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In episode 38 of our podcast, Brad Williams and I chat with Jeff Daigle from dbdc.com. Jeff lets us in on:
- His journey in technology
- When WordPress and WooCommerce came along
- What he has learned from his clients
- Thoughts on selling products from your WooCommerce site on a marketplace
- His clients’ reaction to React
Jeff Daigle, an eCommerce Problem Solver
Jeff calls himself an eCommerce problem solver. He focuses on WooCommerce and likes to help his customers in those moments when they need something outside-of-the-box. Jeff explains this with an example of a client who sells organic seed potatoes all over the country.
Brad takes him through his journey of starting on the web more than 20 years ago, discovering WordPress and, lastly, WooCommerce. Jeff has had varying experiences over the years but always felt the pull of technology.
He shares what he has learned—the good and the bad—from working with clients for the last 5 years using WooCommerce.
Jeff has dealt a lot with the topic of selling products on additional marketplaces. Brad asks him to dig a bit deeper into that and I ask him if he finds there are enough solutions to integrate WooCommerce or if a lot of it is still custom builds. Jeff has some really good insights into selling on marketplaces.
As we get ready to talk about WooCommerce 4.0, Brad also asks Jeff about the focus on React driven and whether his clients care or even understand it, which leads into a deeper conversation around React and the WooCommerce admin plugin that’s going to be integration into WooCommerce 4.0.
- WooCommerce 4.0 Adds the WooCommerce Admin to Core
- It’s Time for WooCommerce 4.0 Beta Testing – (direct link to registration/survey form)
Where to find Jeff
Bob: Hey everybody. Welcome back to Do the Woo. BobWP here. We are on episode 38. I have my illustrious co-host Brad Williams.
Brad: Nothing if not illustrious… I'm glad to be here. It's February. What happened? I don't understand what happened to January, but here we are second month of the year already. Flying by.
Bob: Yep. Time does fly by, let me tell you. Well before we get into introducing our guests, I just want to make a little bit of an announcement. We are starting to get our sponsors in place. I have a new sponsor, but also kind of a premier sponsor. WooCommerce is joining us to be our community sponsor. They'll be hanging around here for several months helping support the podcasts, bringing transcripts to the show, plus a lot of other good stuff. I'm excited about it. They want to help our effort of bringing this community together, getting to know more people. And speaking of getting to know more people, this week's guest is Jeff Daigle. We've known each other for quite a while. Did I mutilate your last name?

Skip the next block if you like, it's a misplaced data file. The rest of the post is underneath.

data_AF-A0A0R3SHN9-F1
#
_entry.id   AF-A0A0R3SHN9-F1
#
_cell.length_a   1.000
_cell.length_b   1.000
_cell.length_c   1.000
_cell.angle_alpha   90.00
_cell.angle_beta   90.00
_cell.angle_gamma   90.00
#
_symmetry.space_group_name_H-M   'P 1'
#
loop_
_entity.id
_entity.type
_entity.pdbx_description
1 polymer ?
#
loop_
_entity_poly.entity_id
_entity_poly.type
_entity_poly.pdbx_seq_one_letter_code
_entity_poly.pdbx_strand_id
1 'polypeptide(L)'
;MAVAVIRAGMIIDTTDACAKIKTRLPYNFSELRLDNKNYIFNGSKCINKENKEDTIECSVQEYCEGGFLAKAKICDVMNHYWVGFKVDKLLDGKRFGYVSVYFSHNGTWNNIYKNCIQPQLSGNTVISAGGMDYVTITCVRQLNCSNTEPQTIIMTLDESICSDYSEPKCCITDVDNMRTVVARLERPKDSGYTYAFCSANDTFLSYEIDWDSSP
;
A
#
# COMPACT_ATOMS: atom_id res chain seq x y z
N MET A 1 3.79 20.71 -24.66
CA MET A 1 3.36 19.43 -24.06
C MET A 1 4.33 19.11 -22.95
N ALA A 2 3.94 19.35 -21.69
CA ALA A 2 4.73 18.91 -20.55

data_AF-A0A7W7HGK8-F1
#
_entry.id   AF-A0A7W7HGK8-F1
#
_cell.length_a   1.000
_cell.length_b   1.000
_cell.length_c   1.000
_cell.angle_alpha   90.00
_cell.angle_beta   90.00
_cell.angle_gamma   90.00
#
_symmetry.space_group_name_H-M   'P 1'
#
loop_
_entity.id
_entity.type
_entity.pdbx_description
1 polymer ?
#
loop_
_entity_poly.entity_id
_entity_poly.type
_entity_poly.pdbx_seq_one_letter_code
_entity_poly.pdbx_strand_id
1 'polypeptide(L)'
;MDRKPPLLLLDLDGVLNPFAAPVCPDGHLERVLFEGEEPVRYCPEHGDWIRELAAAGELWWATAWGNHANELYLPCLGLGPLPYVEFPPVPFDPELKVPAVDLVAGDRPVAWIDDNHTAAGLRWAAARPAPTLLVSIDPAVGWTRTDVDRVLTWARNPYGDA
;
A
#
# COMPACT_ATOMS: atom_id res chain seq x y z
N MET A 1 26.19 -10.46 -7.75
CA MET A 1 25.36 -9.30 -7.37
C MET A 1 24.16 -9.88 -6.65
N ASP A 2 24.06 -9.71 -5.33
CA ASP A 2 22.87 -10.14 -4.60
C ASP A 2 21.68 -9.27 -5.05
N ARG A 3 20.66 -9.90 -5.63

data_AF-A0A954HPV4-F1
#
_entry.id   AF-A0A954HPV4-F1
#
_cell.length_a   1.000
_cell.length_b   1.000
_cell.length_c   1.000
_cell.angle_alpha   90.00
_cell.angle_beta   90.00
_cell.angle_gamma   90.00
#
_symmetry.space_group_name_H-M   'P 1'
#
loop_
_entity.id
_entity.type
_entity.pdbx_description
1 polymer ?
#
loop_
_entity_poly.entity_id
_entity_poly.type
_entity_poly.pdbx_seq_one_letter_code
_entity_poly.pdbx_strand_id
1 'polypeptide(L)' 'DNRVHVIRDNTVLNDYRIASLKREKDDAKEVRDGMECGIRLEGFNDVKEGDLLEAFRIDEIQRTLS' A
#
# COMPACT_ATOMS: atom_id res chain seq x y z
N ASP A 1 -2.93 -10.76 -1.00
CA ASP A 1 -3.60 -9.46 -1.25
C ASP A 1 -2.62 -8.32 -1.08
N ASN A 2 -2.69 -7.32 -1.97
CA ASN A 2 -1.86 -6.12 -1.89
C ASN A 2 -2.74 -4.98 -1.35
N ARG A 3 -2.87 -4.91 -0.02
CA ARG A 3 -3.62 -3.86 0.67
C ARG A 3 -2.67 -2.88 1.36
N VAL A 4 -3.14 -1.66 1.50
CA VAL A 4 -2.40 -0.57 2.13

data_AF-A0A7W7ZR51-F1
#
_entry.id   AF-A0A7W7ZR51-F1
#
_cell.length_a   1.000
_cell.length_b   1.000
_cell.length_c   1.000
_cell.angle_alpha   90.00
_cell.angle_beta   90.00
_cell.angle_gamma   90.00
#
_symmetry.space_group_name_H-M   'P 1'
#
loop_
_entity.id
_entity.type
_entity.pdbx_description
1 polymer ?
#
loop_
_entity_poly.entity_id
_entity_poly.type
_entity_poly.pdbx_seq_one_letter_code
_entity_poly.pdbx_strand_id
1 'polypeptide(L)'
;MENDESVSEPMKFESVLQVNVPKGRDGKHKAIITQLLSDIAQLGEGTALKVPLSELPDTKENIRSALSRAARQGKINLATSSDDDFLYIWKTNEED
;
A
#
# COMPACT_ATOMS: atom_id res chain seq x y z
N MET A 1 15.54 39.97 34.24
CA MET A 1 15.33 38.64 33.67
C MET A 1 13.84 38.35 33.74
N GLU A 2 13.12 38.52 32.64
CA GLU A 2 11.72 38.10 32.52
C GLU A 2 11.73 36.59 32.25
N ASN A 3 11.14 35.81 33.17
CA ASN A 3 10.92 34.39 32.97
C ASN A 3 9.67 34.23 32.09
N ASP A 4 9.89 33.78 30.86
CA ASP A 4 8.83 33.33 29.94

Jeff: No, that was perfect.
Bob: Okay, I remembered it. Amazing. I didn't correct myself or check on that before we got on the air. Jeff has been in the WooCommerce space. He's done a few things. He's been on WooSesh, he's been involved with WooConf. He does a lot of WooCommerce stuff. I've just known him through various avenues. Welcome to the show, Jeff.
Jeff: I'm glad to be here, Bob. Thanks for having me.
Bob: What does Jeff do? You do the Woo, obviously, but what do you do with WooCommerce?
Who is Jeff Daigle?
Jeff: I am what I call a an eCommerce problem solver. The slogan I've settled on for my own consultancy is, What's your problem? I like to work with businesses that need something that's a little bit outside of the normal realm of setting up an eCommerce site. Between WooCommerce and other platforms, it's never been easier to set up an online store and sell your products online, whether they're virtual or physical. Where I come in is when you need something that's a little bit outside of the box so to speak. For example, right now I'm working with an organic potato farm in Northern Maine that sells their products to customers all over the country. They sell organic seed potatoes.
The challenge they came to me with was this: they are managing their inventory very carefully because they only grow so many potatoes and if they run out, they're not going to have any more until the next season. So they need to make sure they don't oversell. And since they ship all over the country, they're shipping live produce that needs to be alive when it gets to the customers. They need to be able to switch between insulated and uninsulated boxes, depending on when the customer requests that the order be shipped. So a farmer in Texas who's growing potatoes is going to need their potatoes a lot sooner than a farmer up in Minnesota. So when people place their order, they might place it in December, but they don't want those potatoes to show up until May.